My son and two daughters use a technique with their children, and I’ve noticed that it’s most helpful. When one of the children is grumpy or unhappy about something they’re instructed to “get happy” and to put a smile on their face. My good friend, Diane Douglas, calls for “Happy Eyes.” Now we all know what “Happy Eyes” look like. I would like to start using this technique, first with myself, and then with church members. So many of our problems are rooted in our perspective or attitude, which is reflected in our faces. The Apostle Paul had to learn to be content, and we also have to learn to be happy; to use Happy Eyes to see our situation―to see the world.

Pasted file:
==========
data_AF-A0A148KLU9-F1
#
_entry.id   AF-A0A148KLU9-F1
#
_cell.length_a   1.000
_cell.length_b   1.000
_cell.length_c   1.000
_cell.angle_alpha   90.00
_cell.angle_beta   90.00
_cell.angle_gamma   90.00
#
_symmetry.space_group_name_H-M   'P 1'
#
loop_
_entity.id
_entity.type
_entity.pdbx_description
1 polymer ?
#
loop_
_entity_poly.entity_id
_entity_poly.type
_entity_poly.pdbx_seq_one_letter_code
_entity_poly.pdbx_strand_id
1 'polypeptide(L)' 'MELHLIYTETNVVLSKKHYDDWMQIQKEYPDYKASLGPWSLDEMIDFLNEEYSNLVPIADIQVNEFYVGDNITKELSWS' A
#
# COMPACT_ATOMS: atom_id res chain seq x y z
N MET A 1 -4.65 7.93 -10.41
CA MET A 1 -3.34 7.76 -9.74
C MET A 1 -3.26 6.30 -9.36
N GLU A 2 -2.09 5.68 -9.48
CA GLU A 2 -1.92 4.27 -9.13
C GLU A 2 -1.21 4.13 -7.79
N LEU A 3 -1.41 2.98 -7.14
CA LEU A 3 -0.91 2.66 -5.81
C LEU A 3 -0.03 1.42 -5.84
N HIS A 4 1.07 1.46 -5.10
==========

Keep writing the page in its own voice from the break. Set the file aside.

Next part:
We live in a fallen world full of sin and sinners. The only perfect things are God and His word. Nevertheless, God tells us to look at this fallen world―to see our less-than-perfect spouse, children, friends and neighbors―and to rejoice in and for all things. He insists that we not only rejoice in the obvious pleasures of life but that we also learn to look at even the difficulties and trials and see Him working for our good (Rom. 8:28). It’s a matter of how we look at things, and when we look at things the way God tells us to we start to see under the thing itself and to discover the hand of God at work.
My brethren, count it all joy when you fall into various trials, 3 knowing that the testing of your faith produces patience. 4 But let patience have its perfect work, that you may be perfect and complete, lacking nothing. —James 1:2-4